A bathroom extractor fan is essential to clear the room of humidity and prevent damp. But the majority of fans are wired to work only alongside the bathroom light, which can be really wasteful. The solution? Rewiring your bathroom circuit to allow fan and light to be operated independently.
A basic wiring plan for a bathroom includes a 20-amp, GFCI-protected circuit for the receptacles and a 15-amp general lighting circuit for the switches, light fixtures, and vent fan. In some areas, the lighting and receptacles must be on separate circuits so that if a receptacle trips the circuit breaker, the lights won't go out.
Installing and Wiring a Bath Exhaust Fan and Light Electrical Question: After my bathroom addition was rough wired and before the insulation was done I decided to add a ceiling fan and light to be controlled with separate switches in place of a simple light fixture. Removing Existing Wiring I removed the 2 wire with ground from the switch to fixture and replaced it with a 3 wire with a ground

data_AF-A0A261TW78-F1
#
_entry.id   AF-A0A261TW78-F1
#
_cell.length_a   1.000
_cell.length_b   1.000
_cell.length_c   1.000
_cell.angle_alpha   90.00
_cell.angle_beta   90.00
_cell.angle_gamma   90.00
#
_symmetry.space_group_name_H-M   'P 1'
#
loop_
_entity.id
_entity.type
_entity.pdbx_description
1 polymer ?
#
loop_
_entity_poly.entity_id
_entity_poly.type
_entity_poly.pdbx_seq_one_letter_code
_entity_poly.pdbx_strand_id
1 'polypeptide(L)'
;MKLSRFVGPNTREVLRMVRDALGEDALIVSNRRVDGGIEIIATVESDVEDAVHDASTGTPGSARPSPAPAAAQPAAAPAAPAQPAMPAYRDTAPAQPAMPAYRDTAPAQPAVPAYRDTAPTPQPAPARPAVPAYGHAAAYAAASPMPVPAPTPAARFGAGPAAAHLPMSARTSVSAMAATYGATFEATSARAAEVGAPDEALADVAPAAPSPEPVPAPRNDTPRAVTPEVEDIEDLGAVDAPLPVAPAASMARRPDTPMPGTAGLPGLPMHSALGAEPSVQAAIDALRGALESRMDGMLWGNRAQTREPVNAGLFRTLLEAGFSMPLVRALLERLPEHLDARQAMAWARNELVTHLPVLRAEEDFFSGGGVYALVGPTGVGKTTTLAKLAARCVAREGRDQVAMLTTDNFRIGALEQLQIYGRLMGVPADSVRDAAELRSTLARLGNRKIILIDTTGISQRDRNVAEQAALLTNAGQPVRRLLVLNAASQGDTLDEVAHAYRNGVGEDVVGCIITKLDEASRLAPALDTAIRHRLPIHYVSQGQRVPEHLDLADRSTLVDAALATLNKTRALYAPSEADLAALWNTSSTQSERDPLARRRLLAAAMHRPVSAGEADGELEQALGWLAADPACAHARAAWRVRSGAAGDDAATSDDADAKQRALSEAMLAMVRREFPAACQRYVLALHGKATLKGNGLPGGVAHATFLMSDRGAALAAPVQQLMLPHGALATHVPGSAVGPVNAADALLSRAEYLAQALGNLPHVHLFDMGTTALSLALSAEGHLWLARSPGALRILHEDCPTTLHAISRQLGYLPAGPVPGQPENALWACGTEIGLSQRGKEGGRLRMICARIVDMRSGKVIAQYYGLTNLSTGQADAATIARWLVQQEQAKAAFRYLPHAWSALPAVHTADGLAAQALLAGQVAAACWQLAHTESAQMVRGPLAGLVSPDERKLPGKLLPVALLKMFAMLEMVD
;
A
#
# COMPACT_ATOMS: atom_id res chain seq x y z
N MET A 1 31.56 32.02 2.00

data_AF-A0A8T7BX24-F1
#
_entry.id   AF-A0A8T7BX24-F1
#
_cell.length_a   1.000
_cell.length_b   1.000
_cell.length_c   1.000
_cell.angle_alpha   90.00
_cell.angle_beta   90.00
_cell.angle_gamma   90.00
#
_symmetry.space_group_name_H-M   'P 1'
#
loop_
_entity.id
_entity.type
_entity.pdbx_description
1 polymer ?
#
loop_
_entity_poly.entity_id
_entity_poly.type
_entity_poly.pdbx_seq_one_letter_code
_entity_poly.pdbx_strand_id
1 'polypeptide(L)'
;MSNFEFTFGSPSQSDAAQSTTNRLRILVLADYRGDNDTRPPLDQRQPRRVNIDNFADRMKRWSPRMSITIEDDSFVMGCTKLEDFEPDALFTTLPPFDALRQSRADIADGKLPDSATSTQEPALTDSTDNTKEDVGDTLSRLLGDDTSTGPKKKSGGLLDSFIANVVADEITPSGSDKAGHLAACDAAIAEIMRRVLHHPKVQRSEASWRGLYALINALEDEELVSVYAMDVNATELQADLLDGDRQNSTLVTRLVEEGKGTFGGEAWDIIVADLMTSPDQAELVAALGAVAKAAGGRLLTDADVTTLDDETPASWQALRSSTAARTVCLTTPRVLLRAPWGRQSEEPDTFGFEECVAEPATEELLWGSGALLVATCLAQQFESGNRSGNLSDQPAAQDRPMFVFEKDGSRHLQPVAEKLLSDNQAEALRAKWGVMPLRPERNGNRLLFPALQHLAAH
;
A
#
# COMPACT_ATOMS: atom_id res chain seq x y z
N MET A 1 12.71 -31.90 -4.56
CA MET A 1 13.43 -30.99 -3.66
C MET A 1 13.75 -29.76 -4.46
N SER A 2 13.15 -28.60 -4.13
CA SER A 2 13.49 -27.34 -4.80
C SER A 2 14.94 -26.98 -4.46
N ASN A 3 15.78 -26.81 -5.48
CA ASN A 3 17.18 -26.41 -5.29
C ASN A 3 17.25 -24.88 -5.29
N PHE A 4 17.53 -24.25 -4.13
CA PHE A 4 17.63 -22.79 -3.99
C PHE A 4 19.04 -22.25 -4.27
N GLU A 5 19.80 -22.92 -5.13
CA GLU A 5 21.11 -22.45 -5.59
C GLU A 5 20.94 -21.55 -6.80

Switched lines and neutral connect to a 3-wire cable that travels to the light/fan outlet box in the ceiling. The fan control switch usually connects to the black wire and the light kit switch to the red wire of the 3-way cable. In this diagram, the black wire of the ceiling fan is for the fan, and the blue wire is for the light kit.
Switch Wiring for Bath Fan and Light Electrical Question: I have a new bathroom exhaust fan heater light to install in place of an old one and wire the switches. I also had a fan heater light. The new fan is a Nutone QTXN110HL. The Wall switch box and wiring are already installed and worked with old fan.
How to Wire a Bath Fan and Light with Two Individual Switches Wiring 3 switches for a bathroom Separate Switches for Bath Fan and Light from Single Switch in a 1960's House